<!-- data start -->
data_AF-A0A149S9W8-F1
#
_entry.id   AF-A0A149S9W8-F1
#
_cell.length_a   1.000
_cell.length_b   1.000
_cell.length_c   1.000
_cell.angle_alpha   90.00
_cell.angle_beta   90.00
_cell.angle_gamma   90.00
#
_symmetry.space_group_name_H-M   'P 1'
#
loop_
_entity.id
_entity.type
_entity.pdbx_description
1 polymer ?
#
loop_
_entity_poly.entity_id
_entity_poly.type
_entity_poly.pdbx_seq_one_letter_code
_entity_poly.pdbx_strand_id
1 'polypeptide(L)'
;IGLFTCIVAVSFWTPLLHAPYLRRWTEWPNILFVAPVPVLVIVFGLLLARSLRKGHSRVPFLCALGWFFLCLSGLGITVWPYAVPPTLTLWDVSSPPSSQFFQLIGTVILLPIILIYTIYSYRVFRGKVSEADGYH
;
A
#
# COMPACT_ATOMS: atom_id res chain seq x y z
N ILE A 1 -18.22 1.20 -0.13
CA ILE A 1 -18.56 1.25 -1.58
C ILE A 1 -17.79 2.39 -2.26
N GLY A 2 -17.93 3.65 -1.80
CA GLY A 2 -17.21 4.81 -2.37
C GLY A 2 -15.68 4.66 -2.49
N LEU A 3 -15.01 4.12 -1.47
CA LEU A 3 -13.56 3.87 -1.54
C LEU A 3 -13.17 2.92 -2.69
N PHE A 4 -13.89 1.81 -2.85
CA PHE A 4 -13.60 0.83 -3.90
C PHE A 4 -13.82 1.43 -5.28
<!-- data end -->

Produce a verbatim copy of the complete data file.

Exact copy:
data_AF-A0A149S9W8-F1
#
_entry.id   AF-A0A149S9W8-F1
#
_cell.length_a   1.000
_cell.length_b   1.000
_cell.length_c   1.000
_cell.angle_alpha   90.00
_cell.angle_beta   90.00
_cell.angle_gamma   90.00
#
_symmetry.space_group_name_H-M   'P 1'
#
loop_
_entity.id
_entity.type
_entity.pdbx_description
1 polymer ?
#
loop_
_entity_poly.entity_id
_entity_poly.type
_entity_poly.pdbx_seq_one_letter_code
_entity_poly.pdbx_strand_id
1 'polypeptide(L)'
;IGLFTCIVAVSFWTPLLHAPYLRRWTEWPNILFVAPVPVLVIVFGLLLARSLRKGHSRVPFLCALGWFFLCLSGLGITVWPYAVPPTLTLWDVSSPPSSQFFQLIGTVILLPIILIYTIYSYRVFRGKVSEADGYH
;
A
#
# COMPACT_ATOMS: atom_id res chain seq x y z
N ILE A 1 -18.22 1.20 -0.13
CA ILE A 1 -18.56 1.25 -1.58
C ILE A 1 -17.79 2.39 -2.26
N GLY A 2 -17.93 3.65 -1.80
CA GLY A 2 -17.21 4.81 -2.37
C GLY A 2 -15.68 4.66 -2.49
N LEU A 3 -15.01 4.12 -1.47
CA LEU A 3 -13.56 3.87 -1.54
C LEU A 3 -13.17 2.92 -2.69
N PHE A 4 -13.89 1.81 -2.85
CA PHE A 4 -13.60 0.83 -3.90
C PHE A 4 -13.82 1.43 -5.28